Lethbridge Herald, The (Newspaper) - December 23, 1974, Lethbridge, Alberta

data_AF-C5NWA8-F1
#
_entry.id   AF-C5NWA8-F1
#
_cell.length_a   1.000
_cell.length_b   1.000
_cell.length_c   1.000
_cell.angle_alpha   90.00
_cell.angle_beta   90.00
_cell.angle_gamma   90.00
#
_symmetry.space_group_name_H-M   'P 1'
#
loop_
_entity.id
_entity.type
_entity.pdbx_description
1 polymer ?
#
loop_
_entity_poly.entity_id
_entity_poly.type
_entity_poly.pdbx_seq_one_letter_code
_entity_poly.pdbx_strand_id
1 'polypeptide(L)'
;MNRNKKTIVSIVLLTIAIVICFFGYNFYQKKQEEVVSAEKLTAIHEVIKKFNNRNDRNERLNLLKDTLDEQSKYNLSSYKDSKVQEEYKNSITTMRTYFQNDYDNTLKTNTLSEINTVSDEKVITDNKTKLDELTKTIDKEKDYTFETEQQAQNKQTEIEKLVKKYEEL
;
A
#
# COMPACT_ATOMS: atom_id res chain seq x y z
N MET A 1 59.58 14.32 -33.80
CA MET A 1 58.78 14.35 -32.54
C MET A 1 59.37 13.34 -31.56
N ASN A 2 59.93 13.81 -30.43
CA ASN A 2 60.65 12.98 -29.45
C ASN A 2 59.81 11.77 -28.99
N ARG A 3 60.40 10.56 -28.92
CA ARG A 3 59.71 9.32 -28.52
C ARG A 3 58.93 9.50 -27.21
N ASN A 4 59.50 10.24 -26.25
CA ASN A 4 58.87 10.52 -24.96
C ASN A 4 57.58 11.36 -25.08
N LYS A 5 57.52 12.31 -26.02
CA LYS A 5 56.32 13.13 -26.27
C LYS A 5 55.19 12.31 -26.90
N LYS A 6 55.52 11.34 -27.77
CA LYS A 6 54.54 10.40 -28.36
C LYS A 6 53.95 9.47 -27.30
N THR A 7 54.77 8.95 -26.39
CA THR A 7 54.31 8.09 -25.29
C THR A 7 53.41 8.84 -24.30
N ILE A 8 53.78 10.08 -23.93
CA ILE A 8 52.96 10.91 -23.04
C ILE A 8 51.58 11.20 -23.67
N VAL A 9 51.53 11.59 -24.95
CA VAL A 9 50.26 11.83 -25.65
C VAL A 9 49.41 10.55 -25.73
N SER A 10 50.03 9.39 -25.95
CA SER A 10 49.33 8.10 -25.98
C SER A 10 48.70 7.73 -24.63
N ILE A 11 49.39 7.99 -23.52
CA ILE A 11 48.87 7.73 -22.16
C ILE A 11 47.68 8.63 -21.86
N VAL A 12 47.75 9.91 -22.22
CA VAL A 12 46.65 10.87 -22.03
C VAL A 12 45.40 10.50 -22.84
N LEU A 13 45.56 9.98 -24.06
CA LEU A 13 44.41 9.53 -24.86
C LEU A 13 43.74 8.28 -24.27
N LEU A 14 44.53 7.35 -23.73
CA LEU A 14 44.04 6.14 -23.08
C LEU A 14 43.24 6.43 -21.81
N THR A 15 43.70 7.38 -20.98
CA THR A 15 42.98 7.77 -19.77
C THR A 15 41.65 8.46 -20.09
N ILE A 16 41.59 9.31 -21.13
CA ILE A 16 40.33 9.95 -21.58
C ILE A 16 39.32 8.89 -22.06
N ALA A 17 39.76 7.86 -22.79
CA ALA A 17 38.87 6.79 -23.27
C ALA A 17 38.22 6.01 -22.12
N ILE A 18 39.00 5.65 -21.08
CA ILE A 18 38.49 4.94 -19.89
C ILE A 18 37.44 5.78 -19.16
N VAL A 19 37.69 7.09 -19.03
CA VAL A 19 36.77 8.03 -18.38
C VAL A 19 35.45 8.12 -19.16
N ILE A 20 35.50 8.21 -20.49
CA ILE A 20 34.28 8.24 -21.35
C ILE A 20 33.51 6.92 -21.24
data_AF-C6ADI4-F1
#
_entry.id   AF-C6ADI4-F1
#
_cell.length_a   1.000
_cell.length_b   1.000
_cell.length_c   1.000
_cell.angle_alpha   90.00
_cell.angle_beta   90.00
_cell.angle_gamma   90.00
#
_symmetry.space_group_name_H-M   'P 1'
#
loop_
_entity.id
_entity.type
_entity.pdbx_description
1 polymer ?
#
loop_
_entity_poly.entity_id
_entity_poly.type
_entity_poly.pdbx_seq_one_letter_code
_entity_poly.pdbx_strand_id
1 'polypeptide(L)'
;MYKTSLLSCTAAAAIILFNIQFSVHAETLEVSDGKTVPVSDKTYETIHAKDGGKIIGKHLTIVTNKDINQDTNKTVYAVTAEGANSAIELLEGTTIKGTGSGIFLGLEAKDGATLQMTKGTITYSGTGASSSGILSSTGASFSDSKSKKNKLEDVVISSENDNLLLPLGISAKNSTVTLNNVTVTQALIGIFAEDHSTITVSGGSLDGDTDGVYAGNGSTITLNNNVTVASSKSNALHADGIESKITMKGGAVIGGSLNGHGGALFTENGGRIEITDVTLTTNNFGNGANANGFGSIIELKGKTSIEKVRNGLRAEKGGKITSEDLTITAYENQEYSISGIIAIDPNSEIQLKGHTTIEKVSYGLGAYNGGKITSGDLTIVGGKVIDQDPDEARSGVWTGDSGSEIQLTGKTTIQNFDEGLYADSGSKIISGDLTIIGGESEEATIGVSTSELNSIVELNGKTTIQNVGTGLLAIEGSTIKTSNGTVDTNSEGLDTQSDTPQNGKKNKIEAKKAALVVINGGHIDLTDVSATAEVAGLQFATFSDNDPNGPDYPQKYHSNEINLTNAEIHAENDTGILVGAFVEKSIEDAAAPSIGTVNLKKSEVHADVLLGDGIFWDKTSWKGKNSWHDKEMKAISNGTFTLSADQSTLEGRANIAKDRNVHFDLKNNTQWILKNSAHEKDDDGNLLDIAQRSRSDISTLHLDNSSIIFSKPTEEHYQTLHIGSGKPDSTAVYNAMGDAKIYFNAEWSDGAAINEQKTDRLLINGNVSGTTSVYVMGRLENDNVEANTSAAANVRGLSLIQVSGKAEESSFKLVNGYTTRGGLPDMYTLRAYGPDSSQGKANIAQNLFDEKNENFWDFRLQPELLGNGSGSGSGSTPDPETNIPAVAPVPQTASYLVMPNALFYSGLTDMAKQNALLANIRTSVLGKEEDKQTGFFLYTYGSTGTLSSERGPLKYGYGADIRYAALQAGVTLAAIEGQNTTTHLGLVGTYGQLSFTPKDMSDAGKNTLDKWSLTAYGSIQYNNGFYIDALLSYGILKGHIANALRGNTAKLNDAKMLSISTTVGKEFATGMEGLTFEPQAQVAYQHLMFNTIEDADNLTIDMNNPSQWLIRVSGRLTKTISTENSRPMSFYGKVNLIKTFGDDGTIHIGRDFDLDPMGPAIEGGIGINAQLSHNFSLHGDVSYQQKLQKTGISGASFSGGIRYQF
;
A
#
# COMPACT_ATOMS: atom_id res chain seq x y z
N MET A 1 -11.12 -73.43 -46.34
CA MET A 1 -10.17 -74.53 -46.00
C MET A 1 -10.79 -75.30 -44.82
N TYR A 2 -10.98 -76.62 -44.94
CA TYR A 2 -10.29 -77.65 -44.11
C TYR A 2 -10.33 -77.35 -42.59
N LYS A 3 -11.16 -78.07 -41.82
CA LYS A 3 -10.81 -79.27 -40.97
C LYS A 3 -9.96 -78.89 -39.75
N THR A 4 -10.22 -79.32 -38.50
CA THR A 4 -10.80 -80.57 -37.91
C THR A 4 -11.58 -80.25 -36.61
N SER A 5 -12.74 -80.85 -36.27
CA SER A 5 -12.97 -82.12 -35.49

4-THE LETHBRIDGE HERALD Monday, Dectmber 23, 1974 Syncrude: Environment The latest newsletter from Syncrude: Environment is thought provoking. The main thrust of the consortium's en- vironmental efforts seems to be on the collecting of data. There is a paucity of information on any advisory committees that may be at work or assurance that advice on environmental policy will be paramount in any conflict with economic interests. The newsletter does report a "relatively close working relationship" between federal and provincial governments and the tar sands project on research into the environmental aspects of development but, again, no in- dication that research will have any effect on policy, or any certainty that, if it does, this policy will be carried out. In the whole oil sands development there seems to be no independent monitoring of the environment and no public knowledge of what the province expects from Syncrude. By way of contrast, in Montana large strip mining operations (and this describes the pres- ent oil sands operations) are inspected by state officials every two weeks. This lack of regulations, along with a lack of policy and policy making bodies which are independent of the companies involved, is crucial for reasons that become apparent on reading the newsletter. One paragraph states: "It is important to understand that 'reclamation''implies reform of the land to a biotically active state, not necessari- ly in the same topographic conformation as was present before mining. 'Restoration' implies reform of the land to the original physical conformation and biological state. No attempt is being made at the present time to 'restore' the areas mined for tar sands." The cheapest way to reclaim any area is to bulldoze it flat and plant it to suitable vegetation. While this news- paper has proclaimed editorially that scenery does not have to be verticle to be attractive, it goes without saying that the thought of one-fifth of Alberta as levelled ground is not a pleasing prospect. This is, of course, only an extreme possibility. But what assurance does the public have that it will not occur? THE CASSEROLE If it's true that money can't buy happiness, it isn't much use at all, because it won't buy very much else Those awful socialists in Saskatchewan are at it again. Now they're going to assume the' cost of all prescription drugs. Health Minister Walter Smishek recently announced that under the terms of a new policy, the con- sumer will pay all or part of the prescription tee. and the provincial government will pay the cost of the drugs. First enacted in 1908, and regularly revised (most recently in 1970) this legislation makes it an offence for those under 16 to smoke or chew tobacco in public, or to buy or possess tobacco in any form for their own use. Giving or selling tobacco to a person under 16 is also an offence. With all the anti tobacco talk, it's odd no one ever tries to invoke the Tobacco Act. As if there weren't enough waste and cor- ruption being dumped into the oceans, under- takers operating near the coast in some countries are offering a burial at sea op- tion. Evidently the cost of burial plots on land keeps going up as space becomes scarcer, and this is one way to beat the rise. ERIC NICOL Nothing in it for me Does the government really care about your body? This is the question I ask myself, after hearing ministers of health at both the federal and provincial levels tell us that soar- ing costs of medicare can be cut if people will get out and walk a measured mile. Sometimes when I am out ponderously pedaling my daughter's 10-speed, the ienderless front wheel stuccoing my face with wet grit, I wonder if I have been conned into trying to keep fit. There I am gasping and gagging on blackflies, while some lazy slob sprawls happily in front of the tellie, con- tent to arrange the cardiac arrest that will put him into the hospital that the government is too cheap to build. He knows, curse him, that at my age riding a bike can be as dangerous as bellying up to the butter tarts Being hit by a bus is a very degenerative disease. The same applies to my taking a brisk walk for the measured mile. Brisk walking attracts the neighborhood dogs, who think I arn fleeing a felony, and they bite me in the leg Rabies is just as tedious a way to put the lights out as a coronary. That I might be a mug for trying to gain a lap on the average 60-year-old Swede, was hinted at by a neighbor when I paused in my iwo-wheelmg wheeze up our hill. "What are you trying to he asked. His paunch rested comfortably on the handle of his power mower. Good living radiated from his polysaturated fat. I felt foolish as I said "I'm trying to keep fit." "Fit for what9" He'd stumped me Fit for what indeed I thought as I trudged the bike the rest of the way up the hill By pushing hell out oi wind and limb I may be relieving the strain on government medical costs, but what's in it for me? If I am helping to moderate the number of new hospital beds needed this year, arn I not entitled to some reward besides being able to step on and off a chair 100 times without fain- ting? Yes, I mean a cash rebate. Good drivers pay less for their government auto insurance than do bad drivers. Why shouldn't the phyically active get a tax break over the sloth camped with his beer before the portly paragon of Cannon? Granted, such a rebate would be difficult to administer. It is complicated by the fact that many fitness freaks land in hospital as a result of their good intention to stay out of it. For example I snapped an Achilles tendon playing tennis. A snapped Achilles tendon should not affect the rebate. Nor should con- cussion incurred by diving into a pool with no water in it. What is classified as poor sport is a grossly overweight executive chasing his secretary around his desk and landing in the intensive care unit. If the rebate system is too hug-nrrmpr what about a compulsory physical fitness test on the same basis as the visit to the auto testing station? If you fail to pass the fitness test, the ex- aminer slaps a REJECTED sticker on your chest. Nobody likes to feel rejected, especial- ly if it costs him points on his company medical plan. I guess that what I'm trying to say is this' many people ask "Why should 1 knock myself out being physically fit, so long as I've got my There must be a good answer somewhere, and I'd like to hear it before I rupture my gear-change. COMPLAINTS and I'd like to thank the local merchant's association for their fine publicity and promotion for this particular church festival Ghosts of the past By Anthony Lewis, New York Times commentator BOSTON Two years ago the United States government began an episode that will live in infamy: the Christmas bombing of Hanoi and Haiphong. It went on for 11 days. B-52's and other planes carried out strikes, the most intensive conventional bombing campaign in history. It is not a pleasant memory this season, but it is a necessary one. To this day, the men responsible for that savagery have said not a word of regret or serious ex- planation. In the absence of public understanding, the un- derlying attitudes that produced the Christmas bombing go on. Why did we bomb? Most military actions that history comes to condemn such as the bombing of Dresden in the Second World War originated in a belief, however mistaken, that they would have a useful effect on the enemy. That is hard to say in the case of the Christmas bombing. When it was all over, the United States and North Viet- nam signed a peace agree- ment on the terms that had been worked out the previous October. The differences from the text published in October were of a trivial character, relating to such things as the speed of establishing com- missions to police the truce matters long since forgotten as irrelevant. If the purpose of the Christ- mas bombing was to force North Vietnamese acceptance of a few empty phrases in the text of the agreement, then in a rudimentary sense the bombing was a crime of war. For one of the few agreed principles governing the con- duct of war is that of propor- tionality, which condemns the use of military means grossly disproportionate to the political ends sought. But there are strong reasons to doubt that the Christmas bombing was real- ly designed to extract diplomatic concessions from its victims. Evidence publish- ed in the magazine Foreign Policy last summer by Tad Szulc suggests, rather, that the political purpose was to persuade South Vietnam to accept the truce. Ever since October, the North Vietnamese had been pressing for signature of the agreement. But Nguyen Van Thieu and his Saigon govern- ment had bitterly denounced it The "brutalizing" of Hanoi, in Gen. Alexander M. Haig Jr.'s delicate phrase, was a way of convincing President Thieu that America would re- main committed to him after a truce. There is a third possible ex- planation of the Christmas episode. From October on, the United States had poured arms into South Vietnam in an effort to reassure Thieu. Hav- ing stalled on the truce in order to let that process work, Washington may have thought it politically necessary at home to obtain a few verbal concessions however meaningless, and at whatever cost in order to justify the delay. Those are the reasons that have been suggested, in the absence of any official ex- planation for the Christmas bombing. None comes close to a justification. Any must condemn those responsible. Whatever the reason, the bombing symbolized the determination of the United States to impose its views on Indochina its unwillingness to allow change except on its terms. And that attitude goes on to this day. More than half of American aid abroad still goes to In- dochina. The meanings of policy are different, but the attitude is the same: the United States must be respon- sible tor what happens in Viet- nam. The moral cost is even worse in Cambodia. There was a country, a civilization, among the most peaceful and beautiful on earth. Then the United States made Cambodia a pawn in its design for Southeast Asia. Look at the picture now: a ravaged country of desperate people. One sin history does not forgive: the destruction of a civilization. A year ago some American officials troubled by the destruction of Cambodia urg- ed Henry Kissinger to stop feeding the war, then withdraw gracefully from responsibility. He said roughly that he did not want to hear any more of that: "to lose gracefully is still to lose." The continuing obsession with Indochina after the war lost any semblance of purpose used to be considered part of the pathology of Richard Nix- on, who did not want to be seen as a pitiful helpless giant. Now, as the most fun- damental American economic and political interests are threatened elsewhere, the obsession with Indochina con- tinues to grip Kissinger. And are Congress or the country exempt from it if they let it go on? Walter Lippmann's death reminds us of his prescient early opposition to the American war in Indochina. Lippmann was not an innocent about power. But he spent a lifetime arguing that the great must use it rationally, in their own interest and the world's. The Christmas bombing, and the continuing American policy of war by other means in Indochina, show that Lipp- mann's work remains to be done. The dark forces of irrationality still deeply affect his country's foreign policy. Some day the people of In- dochina will have to be allow- ed to make their own future. When? A society of rip-off artists? By Carl Rowan, syndicated commentator WASHINGTON It has become an American com- monplace to say that "nobody trusts politicians anymore That is a bum rap for the people who run tor public of- fice, for the grim truth may be that we Americans don't really trust anybody anymore. There may have been a time when people had less faith in the free American press (for example, when Thomas Jefterson was saying in 1807 that "the man who nevei looks into a newspaper is better informed than he who reads them, inasmuch as he who knows nothing is nearer to truth than he whose mind is filled with falsehoods and but I doubt it. But it is not just major in- stitutions like the White House, the Congress, the law profession, the courts that have fallen into low esteem. There is a growing tendency to regard almost eveiy unrig and everyone as a suspected exploiter or cheater. Perhaps a measure of new wisdom lies behind this at- titude. We do seem to have more hustlers and con men in more professions than ever before in this society. i till- .1 gas tank at a ma joi Lid vici' station recentl> arm paid with oil Credit i-ard When the bills came in my wife noted that strangely I had apparently twice purchas- ed large amounts of gasoline at that station on the same day What happened was that the attendant had stamped an extra ticket while he had my card so he could later fill the tank of his girl friend's car and charge her gasoline to me. A friend left her car at a shop for a routine checkup. It was two days after she drove the car home that she dis- covered someone had remov- ed her brand new battery and replaced it with a dying klunk. A young man I know went to a prominent automotive center to have new shock ab- sorbers put on his car. A few weeks later he went back to complain that his car rode like a war surplus truck. Officials at the center inspected the car and confessed that the workman or someone kept the new shocks and put some almost useless ones on the car What kind of nonsense is this when you must get out of your car every time a service station attendant goes under the hood just to make sure he doesn't cut a water hose and then sell you a new one? What docs it do to us to walk niio d clothing store and recognize a "marked down" suit now as exactly the same suit you saw earlier for at a store that wasn't even pretending to have a sale? How do we cope with Federal Trade Commission hearings which reveal that trade schools are taking lots of precious money from tens of thousands of progress- hungry people, knowing that 80 per cent of those people will drop out, be washed out, and never get_ a thing for their money? Vvhere do people turn when the best-intentioned governmental housing programs collapse, thousands of homes are foreclosed and abandoned, because the fast- buck lawyers and slick developers (including crooks in prestigious credit agencies and government agencies like FHA) conspire to rip off un- suspecting people whoje great dream is to own tfleir own home? A lot of my readers would prefer me to be a pollyanna and simply write in a thou- sand ways, "This is a great I enjoy the sweet nostalgia of singing "The Way We but something still compels me to ask how we got to be "the way we are." Letters Amazed at sports fans I am a recent landed im- migrant of Canada, having arrived in Lethbridge in early October. Nearly all of my im- pressions of this town and province are favorable, in fact, beautiful. Some would have had me think that Canada is full of cold people. However, I have not found that to be the case. Having always been a sports enthusiast, I quickly caught Bronco fever and have not missed a home game when I am in town. I think the people of the community can be proud of their team and the support thus far would in- dicate such. I stand amazed at the at- titude which prevails in the crowd during scuffles (sometimes brawls) on the ice. Perhaps it is part of today's trends but I feel most people would reconsider if they saw themselves as others see them. How confusing it must be for a child to get bawled out by his folk- for fighting with the kid down the block and then go to a hockey game where the parent screams "Hit "Knock and "Bust while the gloves are dropped to the ice. I was sickened at a recent game when a fight began and a little girl of seven or eight began jumping up and down in delight. I thought I was in the Roman Forum as the Christians were thrown to the lions What a tremendous ex- ample her parents must have set for her! I hope we will all consider our barbaric actions at the next game and as an audience try to discourage needless brawls on the ice and try to encourage good sound, hard checking (but not punch- throwing) hockey, that our Broncos will continue to be fine representatives of this community. LARRY BOSWELL Lethbridge More important issues I would like to thank Mrs. Eva Teles for her letter regarding the dog bylaw. (The Herald, Dec. I, too, think that city council and Mr. Tarleck would be better employed on more important issues.' For in- stance, they might start by penalizing parents who do nothing to stop children from riding cycles across private lawns, riding cycles AT pedestrians on sidewalks, breaking windows, breaking bushes, etc., instead of mak- ing things more difficult for the many people who love dogs and look after them so that they are not a nuisance to others. I agree that dogs should be under reasonable control by a competent person, but not on a leash all their lives. I also am sorry to note that some young children appear to be getting brainwashed by dog-hating adults! (MRS MARGARET M. MALLALIEU Lethbridge Delightful editorial The Herald should be com- mended for the delightful and humane editorial Dec. 6, regarding children and dogs. It is somewhat disgusting, however, to read letters written by adults who hate dogs and who then sign youngsters names to the letters. Everyone will agree that people who own dogs should assume the respon- sibility of looking after them and any owner who fails to do so should be penalized. Dogs however cannot read "keep off" or other signs and clean- ing up their litter can be a nuisance. Humans however, who can read, not only litter but deliberately deposit more filth on our streets and sidewalks than do the dogs that run at large. Dogs who may be unfriendly have usually been abused by humans but normally dogs like children and normal children like dogs and it is doubtful if anyone has ever been injured by a dog's growl. It surely would be more appropriate for a council member to devote his energy to promoting something beneficial to the citizens 'generally rather than something which would deprive many grown-ups and children the joy and com- panionship of a dog, simply to please a few animal haters. A. F. SMITH Lethbridge Invitation to relocate Thanks are extended to Mr. McDonald for the un- precedented and unsolicited publicity given our communi- ty in the recent issues of The Herald we could never have afforded it on our own. The cuiiiuiuiiig thunder of the heavy artillery, however, is becoming a bit wearisome to the good burghers of our town it disturbs the peace and tranquility of their even- ing meal. The wisdom and mature judgment of a centenarian community decries the prac- tice of quarreling with a younger neighbor, rather we suggest that if indeed Fort Macleod is to continue to be the number one news item in The Herald that serious con- sideration be given to moving the printing establishment and personnel here so that the Herald can become more conversant with the affairs of our community at a local level. After becoming established here and still deciding that a packing piant is not desirable in this area, The Herald could then turn its time and talents to locating what would be con- sidered a more suitable in- dustry for this community. Realizing that the long es- tablishe'd policy of The Lethbridge Herald is "fair play to all I an- ticipate that there will be no hesitation in giving this invita- tion top billing on what now appears to be the new Fort Macleod page page one. ANDY MACKAY, President Fort Macleod and District Chamber of Commerce. Letters are welcome and will be published providing: identification is included (name and address are required even when the letter is to appear over a they are sensible and not libelous; they are of manageable length or' can be shortened (normally letters should not ex- ceed 300 they are decipherable (it great- ly helps if letters are typed, double spaced with writers do not submit letters too frequently. The Lethbridge Herald 504 7th St S Lethbridge, Alberta LETHBRIDGE HERALD CO LTD Proprietors and Publishers Second Class Mail Registration No 0012 (.LEO MOWERS. Ediloi and Publishei DON H PILLING Managing Editor ROY F MILES Advertising Manager DOUGLAS K WALKER Editorial P.igc Editor DONALD R OORAM General Manager ROBERT M FENTON Circulation Manager KENNETH E BARNETT Business Manager "1 HE HERALD SERVES THE SOUTH"